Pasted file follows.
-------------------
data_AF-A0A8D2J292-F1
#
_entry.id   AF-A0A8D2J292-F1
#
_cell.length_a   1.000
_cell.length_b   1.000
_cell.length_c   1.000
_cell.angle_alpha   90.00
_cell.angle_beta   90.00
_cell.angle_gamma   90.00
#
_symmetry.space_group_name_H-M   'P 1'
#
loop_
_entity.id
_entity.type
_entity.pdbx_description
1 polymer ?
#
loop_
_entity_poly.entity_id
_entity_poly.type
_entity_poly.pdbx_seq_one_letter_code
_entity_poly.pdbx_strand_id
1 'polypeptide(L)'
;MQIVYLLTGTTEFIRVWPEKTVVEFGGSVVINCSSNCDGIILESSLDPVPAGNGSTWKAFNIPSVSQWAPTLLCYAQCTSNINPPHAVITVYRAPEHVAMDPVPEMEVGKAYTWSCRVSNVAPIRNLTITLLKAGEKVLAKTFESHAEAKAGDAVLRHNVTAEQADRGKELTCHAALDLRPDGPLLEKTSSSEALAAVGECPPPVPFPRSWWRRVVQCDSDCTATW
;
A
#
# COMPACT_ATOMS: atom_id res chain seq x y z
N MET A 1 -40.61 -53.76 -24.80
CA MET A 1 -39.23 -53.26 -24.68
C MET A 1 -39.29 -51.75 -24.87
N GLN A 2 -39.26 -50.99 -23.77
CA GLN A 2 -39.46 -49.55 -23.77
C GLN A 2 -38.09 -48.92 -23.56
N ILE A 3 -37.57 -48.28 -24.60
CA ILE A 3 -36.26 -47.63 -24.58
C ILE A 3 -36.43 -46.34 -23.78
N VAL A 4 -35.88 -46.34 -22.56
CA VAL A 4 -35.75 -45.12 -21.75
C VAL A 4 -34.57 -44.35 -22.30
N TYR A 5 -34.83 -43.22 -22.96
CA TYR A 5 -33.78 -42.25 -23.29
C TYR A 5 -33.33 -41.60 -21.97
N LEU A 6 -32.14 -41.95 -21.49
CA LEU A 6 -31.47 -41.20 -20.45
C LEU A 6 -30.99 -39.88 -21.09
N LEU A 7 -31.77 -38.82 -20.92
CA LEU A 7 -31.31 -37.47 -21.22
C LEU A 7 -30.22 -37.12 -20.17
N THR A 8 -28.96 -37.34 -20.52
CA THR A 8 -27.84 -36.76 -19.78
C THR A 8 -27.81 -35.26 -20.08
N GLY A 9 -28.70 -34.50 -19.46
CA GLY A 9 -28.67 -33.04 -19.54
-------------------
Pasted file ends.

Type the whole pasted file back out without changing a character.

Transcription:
data_AF-A0A8D2J292-F1
#
_entry.id   AF-A0A8D2J292-F1
#
_cell.length_a   1.000
_cell.length_b   1.000
_cell.length_c   1.000
_cell.angle_alpha   90.00
_cell.angle_beta   90.00
_cell.angle_gamma   90.00
#
_symmetry.space_group_name_H-M   'P 1'
#
loop_
_entity.id
_entity.type
_entity.pdbx_description
1 polymer ?
#
loop_
_entity_poly.entity_id
_entity_poly.type
_entity_poly.pdbx_seq_one_letter_code
_entity_poly.pdbx_strand_id
1 'polypeptide(L)'
;MQIVYLLTGTTEFIRVWPEKTVVEFGGSVVINCSSNCDGIILESSLDPVPAGNGSTWKAFNIPSVSQWAPTLLCYAQCTSNINPPHAVITVYRAPEHVAMDPVPEMEVGKAYTWSCRVSNVAPIRNLTITLLKAGEKVLAKTFESHAEAKAGDAVLRHNVTAEQADRGKELTCHAALDLRPDGPLLEKTSSSEALAAVGECPPPVPFPRSWWRRVVQCDSDCTATW
;
A
#
# COMPACT_ATOMS: atom_id res chain seq x y z
N MET A 1 -40.61 -53.76 -24.80
CA MET A 1 -39.23 -53.26 -24.68
C MET A 1 -39.29 -51.75 -24.87
N GLN A 2 -39.26 -50.99 -23.77
CA GLN A 2 -39.46 -49.55 -23.77
C GLN A 2 -38.09 -48.92 -23.56
N ILE A 3 -37.57 -48.28 -24.60
CA ILE A 3 -36.26 -47.63 -24.58
C ILE A 3 -36.43 -46.34 -23.78
N VAL A 4 -35.88 -46.34 -22.56
CA VAL A 4 -35.75 -45.12 -21.75
C VAL A 4 -34.57 -44.35 -22.30
N TYR A 5 -34.83 -43.22 -22.96
CA TYR A 5 -33.78 -42.25 -23.29
C TYR A 5 -33.33 -41.60 -21.97
N LEU A 6 -32.14 -41.95 -21.49
CA LEU A 6 -31.47 -41.20 -20.45
C LEU A 6 -30.99 -39.88 -21.09
N LEU A 7 -31.77 -38.82 -20.92
CA LEU A 7 -31.31 -37.47 -21.22
C LEU A 7 -30.22 -37.12 -20.17
N THR A 8 -28.96 -37.34 -20.52
CA THR A 8 -27.84 -36.76 -19.78
C THR A 8 -27.81 -35.26 -20.08
N GLY A 9 -28.70 -34.50 -19.46
CA GLY A 9 -28.67 -33.04 -19.54